Computers can take over your life, if you let them. I’ve noticed, increasingly over the past few years, that I spend an awful lot of time in front of the screen, much of it very unproductively; playing solitaire, reading email, blog-hopping, web surfing. Had I spent all of that time writing, researching, and finding markets, my writing career may be going somewhere other than the dusty back shelf. Even worse, all that time in front of the computer would have been much better spent interacting with my family.
But it’s hard when the computer resides in your main living space. Beckoned by the ever-changing wallpaper and the promise of a friendly email at the click of a mouse, I’m drawn to the screen like a magnet. And if I’m not glued to the computer, one of my kids certainly will be. It's high time the spell was broken.
And so began, “The Experiment.” I’ve spent weeks now, clearing out an unused bedroom, painting, decorating, organizing, until there was only one thing left to do; move the computer.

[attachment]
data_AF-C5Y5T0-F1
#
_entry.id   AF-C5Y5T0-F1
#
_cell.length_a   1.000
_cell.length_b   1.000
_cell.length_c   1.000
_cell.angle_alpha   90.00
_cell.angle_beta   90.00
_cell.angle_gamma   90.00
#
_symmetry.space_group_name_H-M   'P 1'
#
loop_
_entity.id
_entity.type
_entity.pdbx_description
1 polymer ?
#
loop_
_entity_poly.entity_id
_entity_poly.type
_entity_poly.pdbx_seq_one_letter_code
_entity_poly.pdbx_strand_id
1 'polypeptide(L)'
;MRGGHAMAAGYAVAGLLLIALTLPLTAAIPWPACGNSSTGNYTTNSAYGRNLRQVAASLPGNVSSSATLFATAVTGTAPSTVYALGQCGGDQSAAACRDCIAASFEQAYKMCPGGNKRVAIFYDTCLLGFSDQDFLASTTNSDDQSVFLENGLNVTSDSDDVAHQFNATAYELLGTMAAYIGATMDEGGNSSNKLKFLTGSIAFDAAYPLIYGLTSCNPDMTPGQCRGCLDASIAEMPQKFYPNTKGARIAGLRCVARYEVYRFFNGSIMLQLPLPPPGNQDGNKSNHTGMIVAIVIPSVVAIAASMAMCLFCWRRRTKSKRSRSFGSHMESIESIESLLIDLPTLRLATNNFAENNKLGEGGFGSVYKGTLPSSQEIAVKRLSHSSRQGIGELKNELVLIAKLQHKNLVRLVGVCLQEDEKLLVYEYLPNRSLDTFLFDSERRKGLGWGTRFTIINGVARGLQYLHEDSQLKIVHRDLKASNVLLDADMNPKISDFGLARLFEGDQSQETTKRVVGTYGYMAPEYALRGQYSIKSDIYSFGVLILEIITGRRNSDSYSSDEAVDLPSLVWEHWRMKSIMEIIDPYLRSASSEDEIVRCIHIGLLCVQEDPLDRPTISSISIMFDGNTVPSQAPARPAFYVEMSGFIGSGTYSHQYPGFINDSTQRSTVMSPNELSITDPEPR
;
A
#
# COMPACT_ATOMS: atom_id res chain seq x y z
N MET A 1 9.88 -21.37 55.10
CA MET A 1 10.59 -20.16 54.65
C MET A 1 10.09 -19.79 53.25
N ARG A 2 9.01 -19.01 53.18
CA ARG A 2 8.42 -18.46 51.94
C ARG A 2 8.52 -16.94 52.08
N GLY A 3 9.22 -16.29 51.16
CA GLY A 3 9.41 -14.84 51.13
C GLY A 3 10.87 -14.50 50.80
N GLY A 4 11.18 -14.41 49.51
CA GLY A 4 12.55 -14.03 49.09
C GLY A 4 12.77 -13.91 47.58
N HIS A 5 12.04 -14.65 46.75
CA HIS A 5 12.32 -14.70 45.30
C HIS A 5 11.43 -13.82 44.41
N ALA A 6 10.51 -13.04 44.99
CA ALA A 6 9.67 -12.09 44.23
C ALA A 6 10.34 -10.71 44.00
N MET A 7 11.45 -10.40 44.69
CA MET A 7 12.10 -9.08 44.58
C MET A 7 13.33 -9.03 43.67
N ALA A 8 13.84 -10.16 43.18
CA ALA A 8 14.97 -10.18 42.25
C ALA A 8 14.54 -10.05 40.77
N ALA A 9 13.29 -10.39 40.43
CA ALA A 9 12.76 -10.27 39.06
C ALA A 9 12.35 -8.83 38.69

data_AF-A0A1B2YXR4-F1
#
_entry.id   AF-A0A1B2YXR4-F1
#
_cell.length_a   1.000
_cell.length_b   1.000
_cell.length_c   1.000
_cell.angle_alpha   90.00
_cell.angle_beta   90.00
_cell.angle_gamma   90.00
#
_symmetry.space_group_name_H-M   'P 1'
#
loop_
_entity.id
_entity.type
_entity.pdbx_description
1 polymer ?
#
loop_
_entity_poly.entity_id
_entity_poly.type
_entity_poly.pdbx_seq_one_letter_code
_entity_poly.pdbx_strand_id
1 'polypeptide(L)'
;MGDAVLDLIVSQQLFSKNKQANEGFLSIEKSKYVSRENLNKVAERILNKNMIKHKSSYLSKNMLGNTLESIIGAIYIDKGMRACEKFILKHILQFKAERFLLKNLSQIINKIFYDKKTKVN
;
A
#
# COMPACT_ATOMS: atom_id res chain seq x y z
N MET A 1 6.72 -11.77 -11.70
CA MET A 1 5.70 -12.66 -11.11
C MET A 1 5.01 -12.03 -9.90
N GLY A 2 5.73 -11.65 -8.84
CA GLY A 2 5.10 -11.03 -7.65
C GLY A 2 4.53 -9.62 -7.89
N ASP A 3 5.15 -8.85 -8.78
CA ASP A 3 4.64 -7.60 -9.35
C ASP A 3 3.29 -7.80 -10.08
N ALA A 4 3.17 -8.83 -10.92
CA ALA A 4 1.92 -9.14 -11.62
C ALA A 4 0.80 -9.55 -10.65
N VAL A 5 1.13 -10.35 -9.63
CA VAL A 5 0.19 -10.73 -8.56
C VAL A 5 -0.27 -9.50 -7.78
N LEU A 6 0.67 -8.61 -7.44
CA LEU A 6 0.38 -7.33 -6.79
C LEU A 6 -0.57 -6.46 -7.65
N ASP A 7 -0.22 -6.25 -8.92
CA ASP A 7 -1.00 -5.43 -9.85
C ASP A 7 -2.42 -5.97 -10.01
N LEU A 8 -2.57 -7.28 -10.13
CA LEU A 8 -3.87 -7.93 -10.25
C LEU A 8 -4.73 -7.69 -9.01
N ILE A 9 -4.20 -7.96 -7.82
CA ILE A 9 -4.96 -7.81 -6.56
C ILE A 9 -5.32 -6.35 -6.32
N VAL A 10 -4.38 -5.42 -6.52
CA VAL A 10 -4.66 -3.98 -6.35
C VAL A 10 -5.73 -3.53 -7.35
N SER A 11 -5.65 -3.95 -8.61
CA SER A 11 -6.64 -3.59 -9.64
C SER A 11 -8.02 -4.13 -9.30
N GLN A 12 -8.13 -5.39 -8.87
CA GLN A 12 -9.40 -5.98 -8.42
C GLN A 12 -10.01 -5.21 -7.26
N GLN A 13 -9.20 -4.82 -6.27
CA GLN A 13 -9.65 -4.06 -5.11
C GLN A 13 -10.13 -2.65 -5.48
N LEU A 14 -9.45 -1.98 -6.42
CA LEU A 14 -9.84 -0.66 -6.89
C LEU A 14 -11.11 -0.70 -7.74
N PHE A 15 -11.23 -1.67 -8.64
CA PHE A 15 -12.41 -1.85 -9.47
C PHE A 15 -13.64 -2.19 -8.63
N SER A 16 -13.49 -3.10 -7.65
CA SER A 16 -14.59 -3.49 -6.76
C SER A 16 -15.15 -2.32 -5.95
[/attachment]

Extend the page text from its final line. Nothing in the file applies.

I hemmed and hawed and procrastinated long and hard over the decision. Like an addict asked to give up his regular fix, I came up with every reason in the book that this just wouldn’t work. I worried about how I would keep up with my blog, the household finances, my dieting records, my email, without being forever closed up in that little room. I wondered how I would dole out computer time to the kids and still be present to keep an eye on what they’re doing. I nearly convinced myself to trash the whole idea.
Then I remembered why this experiment began. I need a dedicated area and dedicated, quiet time in which to do my writing. Even more, I need balance between the computer and the rest of my life, which is ever so much more important. I need to remember what I did all day before I had a computer. It hasn’t been that long, after all.
So this past weekend, I took the final step. I moved the computer out of our living area. I now have “an office.”
All the way upstairs.
Behind closed doors.
And it’s strange – but I like it.
There are still a few more things to be done to have everything I need within reach. There are many old habits to break. There’s a new routine to be learned, in fact, the introduction of a whole new concept – scheduling. It feels strange and unfamiliar, but somehow exhilarating, too. Change is hard, but good. It helps you break out of old, tired routines, and opens up a whole new world of possibilities. And I will get used to it.
Yes, I think this experiment is going to work out just fine.